So what with this frame of mind continuing, and computers taking over our once-meaningful lives, I have one question to ask. Where are we heading? Machines were always supposed to be useful and helpful. To save us time and physical backbreaking labour. To make the task easier, not to do it for us. We were never supposed to turn into drones. We were never supposed to have machines doing life for us. Otherwise what is our purpose?? So when will we stop this nonsense and get back to the real world? Learning from history rather than deleting it? Ach, who am I kidding. We will keep going in this stupid manner until we don't know how to speak and won't lift a finger for fear of doing it harm. You've all heard of cyber attacks. They are increasingly terrifying, the more we rely on computers. What about the most simplistic of cyber attacks… A simple power cut. A permanent power cut. This is all it would take to wrench us back to the time of the shelterpeople. For we are undoing the stages of progress we have made in the intervening centuries. People would be too soft to deal with anything, and too useless to know how to do anything about the whole disastrous mess. Eventually the whole world would just crumble from our weak uselessness. One by one, people would drop off the face of the Earth with little more than a trip, until nothing was left but a barren landscape. An empty scene with one solitary figure left. Emily Gray. The only one who saw sense. But the only one to remain in pain.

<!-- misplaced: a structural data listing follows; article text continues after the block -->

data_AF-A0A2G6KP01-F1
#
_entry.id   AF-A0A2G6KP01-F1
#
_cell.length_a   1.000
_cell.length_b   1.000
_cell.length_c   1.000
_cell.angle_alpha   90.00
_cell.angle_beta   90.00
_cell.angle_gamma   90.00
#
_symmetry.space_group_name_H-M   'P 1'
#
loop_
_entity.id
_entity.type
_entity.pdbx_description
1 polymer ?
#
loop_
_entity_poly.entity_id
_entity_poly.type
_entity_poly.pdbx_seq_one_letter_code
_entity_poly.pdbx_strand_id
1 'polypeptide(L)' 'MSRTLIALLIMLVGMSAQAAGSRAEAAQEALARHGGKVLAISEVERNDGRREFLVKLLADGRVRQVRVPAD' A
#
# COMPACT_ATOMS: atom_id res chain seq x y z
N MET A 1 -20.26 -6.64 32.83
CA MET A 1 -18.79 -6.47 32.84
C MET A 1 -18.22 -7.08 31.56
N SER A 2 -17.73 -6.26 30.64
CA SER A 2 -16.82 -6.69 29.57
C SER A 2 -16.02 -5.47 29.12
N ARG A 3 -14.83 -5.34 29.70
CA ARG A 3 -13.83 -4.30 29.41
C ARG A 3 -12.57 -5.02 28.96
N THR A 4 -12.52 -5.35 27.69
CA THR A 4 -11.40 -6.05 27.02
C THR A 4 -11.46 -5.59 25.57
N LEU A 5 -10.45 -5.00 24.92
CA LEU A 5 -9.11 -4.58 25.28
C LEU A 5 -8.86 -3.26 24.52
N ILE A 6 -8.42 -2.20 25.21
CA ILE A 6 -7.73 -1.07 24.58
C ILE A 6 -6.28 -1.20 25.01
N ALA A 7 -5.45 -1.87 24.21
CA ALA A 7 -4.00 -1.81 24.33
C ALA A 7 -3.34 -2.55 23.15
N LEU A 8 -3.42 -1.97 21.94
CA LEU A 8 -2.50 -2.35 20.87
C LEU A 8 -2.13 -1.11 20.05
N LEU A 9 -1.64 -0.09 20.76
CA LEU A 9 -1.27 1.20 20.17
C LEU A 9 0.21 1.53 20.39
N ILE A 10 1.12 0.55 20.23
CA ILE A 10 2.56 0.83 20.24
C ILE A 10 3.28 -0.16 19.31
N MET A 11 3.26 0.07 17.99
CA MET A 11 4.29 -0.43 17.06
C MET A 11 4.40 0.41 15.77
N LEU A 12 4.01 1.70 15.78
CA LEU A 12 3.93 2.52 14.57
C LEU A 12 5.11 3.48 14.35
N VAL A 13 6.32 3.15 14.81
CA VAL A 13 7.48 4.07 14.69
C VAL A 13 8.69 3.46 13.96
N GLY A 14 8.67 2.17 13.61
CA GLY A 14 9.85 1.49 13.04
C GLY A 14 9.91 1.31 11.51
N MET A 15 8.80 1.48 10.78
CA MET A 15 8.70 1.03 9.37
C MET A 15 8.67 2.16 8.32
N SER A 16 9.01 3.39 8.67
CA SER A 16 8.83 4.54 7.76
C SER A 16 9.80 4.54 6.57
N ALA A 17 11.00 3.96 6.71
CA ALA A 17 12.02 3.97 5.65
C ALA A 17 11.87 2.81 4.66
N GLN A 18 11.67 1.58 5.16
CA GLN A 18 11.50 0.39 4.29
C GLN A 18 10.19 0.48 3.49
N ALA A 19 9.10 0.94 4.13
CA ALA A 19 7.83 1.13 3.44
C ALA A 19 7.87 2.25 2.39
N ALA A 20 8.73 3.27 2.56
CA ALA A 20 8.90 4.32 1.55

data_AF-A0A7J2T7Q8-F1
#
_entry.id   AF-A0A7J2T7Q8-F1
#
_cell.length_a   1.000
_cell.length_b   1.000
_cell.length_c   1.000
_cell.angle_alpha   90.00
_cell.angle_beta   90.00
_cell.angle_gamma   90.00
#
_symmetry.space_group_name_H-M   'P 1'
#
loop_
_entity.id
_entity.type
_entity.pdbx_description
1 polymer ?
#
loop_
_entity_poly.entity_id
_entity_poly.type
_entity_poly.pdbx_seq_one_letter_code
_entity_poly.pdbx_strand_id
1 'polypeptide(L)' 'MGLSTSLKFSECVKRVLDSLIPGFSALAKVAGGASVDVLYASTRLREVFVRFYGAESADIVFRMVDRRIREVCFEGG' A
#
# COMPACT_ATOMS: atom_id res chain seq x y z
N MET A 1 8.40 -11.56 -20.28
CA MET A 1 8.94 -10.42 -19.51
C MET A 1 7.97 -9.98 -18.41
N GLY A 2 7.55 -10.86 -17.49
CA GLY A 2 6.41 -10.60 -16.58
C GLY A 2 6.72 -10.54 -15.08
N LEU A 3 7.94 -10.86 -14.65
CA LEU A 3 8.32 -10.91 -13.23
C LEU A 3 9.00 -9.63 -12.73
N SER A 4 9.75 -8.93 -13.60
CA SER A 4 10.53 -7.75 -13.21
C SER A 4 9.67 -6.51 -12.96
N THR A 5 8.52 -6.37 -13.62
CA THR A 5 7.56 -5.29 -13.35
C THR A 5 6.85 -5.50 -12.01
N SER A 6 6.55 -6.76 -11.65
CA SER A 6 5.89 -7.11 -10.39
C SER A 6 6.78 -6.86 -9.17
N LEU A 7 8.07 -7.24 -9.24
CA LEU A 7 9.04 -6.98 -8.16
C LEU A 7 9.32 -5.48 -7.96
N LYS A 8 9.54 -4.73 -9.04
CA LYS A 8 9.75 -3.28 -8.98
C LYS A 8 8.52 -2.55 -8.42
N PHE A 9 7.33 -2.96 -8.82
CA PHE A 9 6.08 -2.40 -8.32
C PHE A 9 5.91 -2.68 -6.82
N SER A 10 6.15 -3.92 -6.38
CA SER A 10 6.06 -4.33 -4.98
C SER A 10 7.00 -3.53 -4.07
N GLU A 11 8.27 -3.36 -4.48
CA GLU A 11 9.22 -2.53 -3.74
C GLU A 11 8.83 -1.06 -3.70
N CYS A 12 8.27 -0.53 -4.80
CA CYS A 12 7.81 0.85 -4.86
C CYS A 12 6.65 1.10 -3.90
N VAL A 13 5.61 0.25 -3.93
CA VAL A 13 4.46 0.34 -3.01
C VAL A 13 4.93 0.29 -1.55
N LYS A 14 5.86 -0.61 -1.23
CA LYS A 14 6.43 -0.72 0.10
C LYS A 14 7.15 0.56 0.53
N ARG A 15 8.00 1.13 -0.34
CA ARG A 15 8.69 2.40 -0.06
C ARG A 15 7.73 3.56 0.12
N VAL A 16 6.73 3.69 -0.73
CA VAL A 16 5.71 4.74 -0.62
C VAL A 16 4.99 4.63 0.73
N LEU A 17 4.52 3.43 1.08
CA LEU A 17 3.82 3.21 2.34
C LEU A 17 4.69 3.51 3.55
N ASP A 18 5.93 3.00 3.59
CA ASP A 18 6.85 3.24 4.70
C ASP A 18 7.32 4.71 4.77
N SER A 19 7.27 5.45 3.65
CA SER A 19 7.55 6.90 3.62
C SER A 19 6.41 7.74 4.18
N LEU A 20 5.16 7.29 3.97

Emily has put together something rather special. It is brand new, yet very old. It is full of awe and wonder. It is bleak. It is an EP consisting of 5 tracks, but only amounting to a mere 9 minutes in total. This is Apocalypse. The air is thin and warm and full of dust. It is full of nothing else, save a few chunks of bent up sheet metal and bones, old and new. Emily stares, knowing not quite what has happened. The surrounding silence matches her own. It should be peaceful, but this is not a scene of peace. Despite the heavy, humid warmth, she shudders as if having stumbled into the Ice Age. She is in shock. Now, as we musicians know, there is no time where music is inappropriate. In shredded garms, she drags the remains of her guitar to rest upon a broken knee. In this dreary ancient modern scene, we start to hear the sounds of a purer time. Medieval England - Emily’s hometown, before things had started to go wrong. It is a humble sound. A peasant sound. A sound where purity has a place. Yet this is no gypsy jig. No tankards will go flying in this scene. No hopping and no smiles, for the only lonely soul remaining, bereft, has not a single smile left. But something wills Emily to play, to move, to sing. To rip and tear the layers of mystery, so nothing is left to bear but the beating red heart of a girl who cared. She stomps her dirty naked feet into the dusty ground with crazed anger, like one of Roald Dahl’s ugly witches. Her back bent double as if she still bears the weight of the world, despite there no longer being any world of which to speak. The desolation sends her loopy as she dances in circles to the sound of herself. She has forgotten the sore knee. Her determined harmonies are what you might imagine Shakespeare and fat old Henry VIII to have listened to, back in the days when rain used to fall from the sky. But there is something so virile and contemporary about her delivery. She pauses.